Yet, Mizunara’s influence on whisky is so desired that distilleries are typically required to enter auctions for the wood, where a single cask can cost up to $6,000 USD. These auctions are necessary because Mizunara Oaks can only be used after the tree reaches 200 years of age, where it is sufficiently thick despite heavy warping, to be used as casks, and as a result, requires the Japanese government to heavily regulate the harvesting of its trees. Unlike smaller distilleries, Yamazaki as a giant, commands the ability to gain special access to Mizunara wood, which has lent them the ability to gain expertise in its use, having used them since the 1930s and 40s.
(Image Source: Rare Malts)
Beyond Mizunara, Yamazaki is also an expert in the use of Sherry casks, another highly popular choice of cask, lending spicy, chocolate-y, dried fruits, to a whisky’s profile, further demonstrating Yamazaki’s unparalleled wood management abilities. This is so much so that Yamazaki selects their woods from the time they are still juvenile trees, and decides when to have them cut, seasoned and coopered, managing the entire wood management chain.
Yamazaki stores thousands of its unblended distillates for display. (Image Source: FT)
The combination of these factors not only allows Yamazaki to flex superior quality and at the same time dish out a wide variety of expressions. So the obvious question remains, what is that Yamazaki character? With more than 100 styles, there are obviously key differences in the way Yamazaki’s distillate is expressed, but typically, we can spot the common tasting notes as:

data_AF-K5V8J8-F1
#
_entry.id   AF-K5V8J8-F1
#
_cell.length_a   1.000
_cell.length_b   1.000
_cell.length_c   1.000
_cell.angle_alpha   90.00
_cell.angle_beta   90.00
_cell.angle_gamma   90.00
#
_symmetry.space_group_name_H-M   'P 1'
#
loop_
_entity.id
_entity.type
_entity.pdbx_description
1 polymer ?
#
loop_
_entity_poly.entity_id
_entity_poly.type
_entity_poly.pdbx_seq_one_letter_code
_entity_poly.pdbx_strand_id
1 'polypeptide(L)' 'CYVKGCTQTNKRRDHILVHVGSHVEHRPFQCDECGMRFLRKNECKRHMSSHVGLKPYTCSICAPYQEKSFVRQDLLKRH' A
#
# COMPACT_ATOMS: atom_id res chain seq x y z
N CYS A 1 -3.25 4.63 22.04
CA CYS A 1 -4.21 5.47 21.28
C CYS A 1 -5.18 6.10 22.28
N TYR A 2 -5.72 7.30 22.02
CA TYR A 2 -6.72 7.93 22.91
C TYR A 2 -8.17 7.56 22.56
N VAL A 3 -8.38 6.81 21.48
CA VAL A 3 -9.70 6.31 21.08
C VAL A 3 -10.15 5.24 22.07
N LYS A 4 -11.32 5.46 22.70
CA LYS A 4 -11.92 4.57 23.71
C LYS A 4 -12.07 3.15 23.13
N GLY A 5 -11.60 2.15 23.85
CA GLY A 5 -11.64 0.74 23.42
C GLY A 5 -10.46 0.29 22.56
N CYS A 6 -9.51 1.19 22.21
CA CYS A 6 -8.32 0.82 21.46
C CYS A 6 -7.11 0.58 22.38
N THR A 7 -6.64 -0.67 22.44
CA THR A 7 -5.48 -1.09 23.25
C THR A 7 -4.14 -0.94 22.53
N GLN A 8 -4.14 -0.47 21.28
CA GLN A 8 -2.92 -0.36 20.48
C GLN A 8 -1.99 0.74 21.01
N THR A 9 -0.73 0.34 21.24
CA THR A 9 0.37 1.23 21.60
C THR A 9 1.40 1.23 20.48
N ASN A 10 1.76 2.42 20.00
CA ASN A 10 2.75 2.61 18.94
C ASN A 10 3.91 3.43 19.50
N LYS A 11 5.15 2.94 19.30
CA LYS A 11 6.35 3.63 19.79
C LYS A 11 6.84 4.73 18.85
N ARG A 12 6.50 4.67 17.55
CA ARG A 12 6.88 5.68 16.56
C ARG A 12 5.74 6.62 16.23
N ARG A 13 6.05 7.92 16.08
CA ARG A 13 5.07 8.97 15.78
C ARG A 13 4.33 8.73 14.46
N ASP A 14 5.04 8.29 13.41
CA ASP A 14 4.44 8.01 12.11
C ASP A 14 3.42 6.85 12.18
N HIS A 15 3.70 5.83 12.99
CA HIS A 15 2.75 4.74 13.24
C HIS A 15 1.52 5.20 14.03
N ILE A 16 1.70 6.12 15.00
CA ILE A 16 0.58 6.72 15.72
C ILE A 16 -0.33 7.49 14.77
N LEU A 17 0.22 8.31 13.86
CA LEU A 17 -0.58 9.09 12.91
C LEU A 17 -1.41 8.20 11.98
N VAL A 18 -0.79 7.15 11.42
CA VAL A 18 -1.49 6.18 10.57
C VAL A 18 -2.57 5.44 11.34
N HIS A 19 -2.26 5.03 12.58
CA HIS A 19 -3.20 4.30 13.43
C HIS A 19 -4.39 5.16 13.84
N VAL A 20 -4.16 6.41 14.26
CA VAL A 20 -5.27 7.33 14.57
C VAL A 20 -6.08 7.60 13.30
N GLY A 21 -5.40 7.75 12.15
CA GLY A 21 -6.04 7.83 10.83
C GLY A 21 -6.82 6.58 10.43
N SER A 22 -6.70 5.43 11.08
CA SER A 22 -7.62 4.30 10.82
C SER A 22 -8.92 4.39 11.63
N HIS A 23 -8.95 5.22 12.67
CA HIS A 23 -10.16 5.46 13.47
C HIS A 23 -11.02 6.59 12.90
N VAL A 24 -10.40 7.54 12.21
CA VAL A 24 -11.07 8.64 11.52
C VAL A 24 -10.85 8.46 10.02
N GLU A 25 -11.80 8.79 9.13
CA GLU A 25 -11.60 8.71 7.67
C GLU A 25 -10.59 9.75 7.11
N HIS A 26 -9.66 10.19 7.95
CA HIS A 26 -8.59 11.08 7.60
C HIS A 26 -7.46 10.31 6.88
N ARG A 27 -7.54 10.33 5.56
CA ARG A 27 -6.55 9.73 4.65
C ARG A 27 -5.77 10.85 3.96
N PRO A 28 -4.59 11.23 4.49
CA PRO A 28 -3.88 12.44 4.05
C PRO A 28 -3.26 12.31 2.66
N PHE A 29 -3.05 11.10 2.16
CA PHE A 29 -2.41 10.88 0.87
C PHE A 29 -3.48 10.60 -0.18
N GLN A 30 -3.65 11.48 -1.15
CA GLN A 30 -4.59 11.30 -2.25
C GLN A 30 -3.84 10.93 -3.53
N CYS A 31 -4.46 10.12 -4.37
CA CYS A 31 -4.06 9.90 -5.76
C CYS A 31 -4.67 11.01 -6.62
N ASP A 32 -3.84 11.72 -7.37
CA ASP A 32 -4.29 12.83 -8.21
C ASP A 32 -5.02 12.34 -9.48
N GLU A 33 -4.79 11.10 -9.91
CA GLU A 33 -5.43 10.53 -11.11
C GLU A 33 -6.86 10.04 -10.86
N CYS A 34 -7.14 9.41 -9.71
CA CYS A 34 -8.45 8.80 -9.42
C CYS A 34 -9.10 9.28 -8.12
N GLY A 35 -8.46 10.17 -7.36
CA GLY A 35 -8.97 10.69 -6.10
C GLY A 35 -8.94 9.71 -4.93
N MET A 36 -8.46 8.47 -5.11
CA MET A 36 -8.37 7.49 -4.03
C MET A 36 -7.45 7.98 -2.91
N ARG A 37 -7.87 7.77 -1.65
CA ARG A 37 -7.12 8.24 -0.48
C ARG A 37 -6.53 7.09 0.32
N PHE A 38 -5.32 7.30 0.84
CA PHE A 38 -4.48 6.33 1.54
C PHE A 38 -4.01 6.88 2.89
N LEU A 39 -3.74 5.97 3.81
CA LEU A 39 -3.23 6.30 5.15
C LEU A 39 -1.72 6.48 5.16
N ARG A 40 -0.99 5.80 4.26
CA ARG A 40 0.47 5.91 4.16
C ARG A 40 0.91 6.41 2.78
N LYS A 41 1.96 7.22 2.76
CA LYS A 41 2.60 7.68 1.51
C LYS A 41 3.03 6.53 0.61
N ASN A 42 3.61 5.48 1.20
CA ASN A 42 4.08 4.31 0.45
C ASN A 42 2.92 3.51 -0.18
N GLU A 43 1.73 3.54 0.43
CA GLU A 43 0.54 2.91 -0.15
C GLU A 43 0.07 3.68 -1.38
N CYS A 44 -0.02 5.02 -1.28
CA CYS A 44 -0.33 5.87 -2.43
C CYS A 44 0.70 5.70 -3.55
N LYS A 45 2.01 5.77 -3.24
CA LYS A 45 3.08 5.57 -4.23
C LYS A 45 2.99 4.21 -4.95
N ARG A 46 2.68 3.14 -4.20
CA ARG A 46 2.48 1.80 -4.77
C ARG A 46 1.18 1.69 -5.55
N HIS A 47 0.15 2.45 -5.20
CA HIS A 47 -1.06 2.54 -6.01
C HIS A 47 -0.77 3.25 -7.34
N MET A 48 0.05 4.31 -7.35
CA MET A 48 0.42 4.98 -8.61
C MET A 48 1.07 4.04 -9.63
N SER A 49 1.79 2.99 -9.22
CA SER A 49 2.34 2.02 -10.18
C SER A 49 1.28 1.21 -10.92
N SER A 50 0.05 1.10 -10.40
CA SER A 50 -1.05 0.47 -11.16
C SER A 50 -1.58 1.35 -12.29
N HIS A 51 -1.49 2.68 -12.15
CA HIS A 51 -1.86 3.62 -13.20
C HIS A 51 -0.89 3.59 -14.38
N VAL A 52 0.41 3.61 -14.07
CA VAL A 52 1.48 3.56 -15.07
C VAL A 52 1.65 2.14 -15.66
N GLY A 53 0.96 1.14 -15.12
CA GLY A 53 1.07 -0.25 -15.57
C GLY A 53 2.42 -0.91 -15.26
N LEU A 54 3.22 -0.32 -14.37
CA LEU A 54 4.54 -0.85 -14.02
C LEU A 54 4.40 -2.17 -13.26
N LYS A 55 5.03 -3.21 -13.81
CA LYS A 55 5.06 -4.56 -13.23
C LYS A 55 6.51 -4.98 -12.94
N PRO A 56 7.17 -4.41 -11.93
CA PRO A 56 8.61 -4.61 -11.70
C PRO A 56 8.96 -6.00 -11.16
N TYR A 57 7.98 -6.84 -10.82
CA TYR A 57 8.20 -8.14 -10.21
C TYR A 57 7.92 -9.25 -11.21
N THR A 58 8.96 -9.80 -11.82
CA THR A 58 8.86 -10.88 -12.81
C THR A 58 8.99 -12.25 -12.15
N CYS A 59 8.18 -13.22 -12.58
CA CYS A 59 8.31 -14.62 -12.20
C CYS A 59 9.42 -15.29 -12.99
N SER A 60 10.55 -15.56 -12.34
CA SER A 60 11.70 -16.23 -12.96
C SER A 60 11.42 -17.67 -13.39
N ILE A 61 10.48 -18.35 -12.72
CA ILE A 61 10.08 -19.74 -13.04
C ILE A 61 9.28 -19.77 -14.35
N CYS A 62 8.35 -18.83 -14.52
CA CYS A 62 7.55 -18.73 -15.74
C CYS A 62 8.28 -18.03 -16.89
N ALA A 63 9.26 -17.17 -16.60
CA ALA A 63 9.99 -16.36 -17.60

- Deeper and Richer in Hues of Amber to Ruby
- Fragrant with a Complex Bouquet
- Musky Sandalwood (or known as Kara) that is reminiscent of Temple Incense
- Floral with Scents of Acacia, Violet, Jasmine, Vanilla
- Tropical Fruits of Ripe Red Apples, Orange Zest, Mango, Lychee, Coconut
- Earthy, Black Truffles, Mushroom, Soil
- Medium to Heavy Body
- Smooth, Rich, Structured (Cohesive) Body, Moderately Oily Texture
- Sweet and Spicy like Chocolates with Chili Flakes, Grand Marnier Chocolates
- Tropical Fruits of Ripe Red Apples, Orange Zest, Mango, Lychee
- Citric Tang of Orange Zest
- Mediterranean Herbs of Cinnamon and Cloves, with Lavender Honey
- Nutty, Hazelnut, Praline, Coconut
- Mildly Smokey, Slightly Bitter, Cigar Malt
- Medium to Long, Clean
- Dried Fruits, Raisins, Blackberries, Orange Marmalade
- Oaky Sandalwood Musk, Desiccated Coconut
We do love Yamazaki for how consistent they are with their quality, and despite having a wide variety of expressions, Yamazaki’s well-structured body that comes from blending always finds a way to not just make it work, but make it work Yamazaki-style, where it’s unique distillery characteristics are ever present. You know you can always count on Yamazaki to deliver, and that’s why the distillery has stayed on top despite Japan’s highly competitive whisky landscape.
We know the blending, the intense quality control of water purity, the atmospherics of the distillery’s location are the reason for its smoothness, complexity and fragrant aromatics. We also know that the Mizunara is what lends Yamazaki its distinctive musky sandalwood note. Lastly, we also know that Yamazaki’s expert wood management is what makes its more than 100 expressions work, because of both quality control of the wood itself from sapling to cask, and also precision in understanding the optimal maturation technique and timing.
Our favorites are:
Entry Level: Yamazaki Distiller’s Reserve, Yamazaki 12 Year
Moderate: Yamazaki 18 Year, Yamazaki Annual Limited Releases
Top Shelf: Yamazaki Sherry Cask 2013 & 2016, Yamazaki Mizunara 18 Year